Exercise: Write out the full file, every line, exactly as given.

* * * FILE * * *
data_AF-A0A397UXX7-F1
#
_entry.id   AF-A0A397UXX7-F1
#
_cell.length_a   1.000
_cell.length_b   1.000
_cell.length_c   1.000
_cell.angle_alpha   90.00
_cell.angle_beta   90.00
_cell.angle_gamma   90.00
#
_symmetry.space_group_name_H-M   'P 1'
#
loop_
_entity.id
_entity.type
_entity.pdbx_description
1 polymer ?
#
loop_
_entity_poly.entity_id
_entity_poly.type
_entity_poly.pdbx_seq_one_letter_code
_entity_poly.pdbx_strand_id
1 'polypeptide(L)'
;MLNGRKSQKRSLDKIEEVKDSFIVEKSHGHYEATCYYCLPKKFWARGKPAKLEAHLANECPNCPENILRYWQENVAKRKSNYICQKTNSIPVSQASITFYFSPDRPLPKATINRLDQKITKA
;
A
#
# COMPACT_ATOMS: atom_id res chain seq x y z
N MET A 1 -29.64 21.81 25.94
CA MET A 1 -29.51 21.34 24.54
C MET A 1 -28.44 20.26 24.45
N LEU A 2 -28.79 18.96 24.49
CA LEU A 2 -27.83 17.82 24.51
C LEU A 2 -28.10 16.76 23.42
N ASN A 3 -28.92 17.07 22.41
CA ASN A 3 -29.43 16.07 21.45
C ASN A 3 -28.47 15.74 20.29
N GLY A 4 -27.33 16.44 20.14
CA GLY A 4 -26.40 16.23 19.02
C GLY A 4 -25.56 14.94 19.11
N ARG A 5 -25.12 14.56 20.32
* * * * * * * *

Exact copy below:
data_AF-A0A397UXX7-F1
#
_entry.id   AF-A0A397UXX7-F1
#
_cell.length_a   1.000
_cell.length_b   1.000
_cell.length_c   1.000
_cell.angle_alpha   90.00
_cell.angle_beta   90.00
_cell.angle_gamma   90.00
#
_symmetry.space_group_name_H-M   'P 1'
#
loop_
_entity.id
_entity.type
_entity.pdbx_description
1 polymer ?
#
loop_
_entity_poly.entity_id
_entity_poly.type
_entity_poly.pdbx_seq_one_letter_code
_entity_poly.pdbx_strand_id
1 'polypeptide(L)'
;MLNGRKSQKRSLDKIEEVKDSFIVEKSHGHYEATCYYCLPKKFWARGKPAKLEAHLANECPNCPENILRYWQENVAKRKSNYICQKTNSIPVSQASITFYFSPDRPLPKATINRLDQKITKA
;
A
#
# COMPACT_ATOMS: atom_id res chain seq x y z
N MET A 1 -29.64 21.81 25.94
CA MET A 1 -29.51 21.34 24.54
C MET A 1 -28.44 20.26 24.45
N LEU A 2 -28.79 18.96 24.49
CA LEU A 2 -27.83 17.82 24.51
C LEU A 2 -28.10 16.76 23.42
N ASN A 3 -28.92 17.07 22.41
CA ASN A 3 -29.43 16.07 21.45
C ASN A 3 -28.47 15.74 20.29
N GLY A 4 -27.33 16.44 20.14
CA GLY A 4 -26.40 16.23 19.02
C GLY A 4 -25.56 14.94 19.11
N ARG A 5 -25.12 14.56 20.32